In honor of Black History Month and the visiting exhibit from The Automotive Hall of Fame (AHoF) called Achievement that the library is hosting all month long, we’ve decided to honor some of the many stories of African American achievement and innovation that often get lost to history. Celebrate these “hidden figures” of history by checking out any of these titles below.
The Personal Librarian by Marie Benedict / Adult Fiction BENEDICT
In her twenties, Belle da Costa Greene is hired by J. P. Morgan to curate a collection of rare manuscripts, books, and artwork for his newly built Pierpont Morgan Library. Belle becomes a fixture in New York City society and one of the most powerful people in the art and book world, known for her impeccable taste and shrewd negotiating for critical works as she helps create a world-class collection.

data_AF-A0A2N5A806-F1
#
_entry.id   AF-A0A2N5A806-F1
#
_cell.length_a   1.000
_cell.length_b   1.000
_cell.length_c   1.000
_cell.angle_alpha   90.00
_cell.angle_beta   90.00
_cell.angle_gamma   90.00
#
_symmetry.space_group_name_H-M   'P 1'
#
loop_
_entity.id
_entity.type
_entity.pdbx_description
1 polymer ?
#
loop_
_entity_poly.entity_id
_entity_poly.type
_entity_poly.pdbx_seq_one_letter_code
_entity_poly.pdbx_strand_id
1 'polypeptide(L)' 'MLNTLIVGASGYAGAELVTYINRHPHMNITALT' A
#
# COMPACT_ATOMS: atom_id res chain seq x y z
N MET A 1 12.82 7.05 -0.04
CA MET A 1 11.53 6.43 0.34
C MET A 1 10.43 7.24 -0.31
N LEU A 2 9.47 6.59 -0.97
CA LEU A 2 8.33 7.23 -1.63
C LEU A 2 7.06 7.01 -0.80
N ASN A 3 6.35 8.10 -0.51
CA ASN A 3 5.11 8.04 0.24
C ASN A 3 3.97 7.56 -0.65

But Belle has a secret, one she must protect at all costs. She was born not Belle da Costa Greene but Belle Marion Greener. She is the daughter of Richard Greener, the first Black graduate of Harvard and a well-known advocate for equality. Belle’s complexion isn’t dark because of her alleged Portuguese heritage that lets her pass as white—her complexion is dark because she is African American.
The Black Cabinet: The Untold Story of African Americans and Politics during the Age of Roosevelt by jill watts / Adult nonfiction 323.1126 w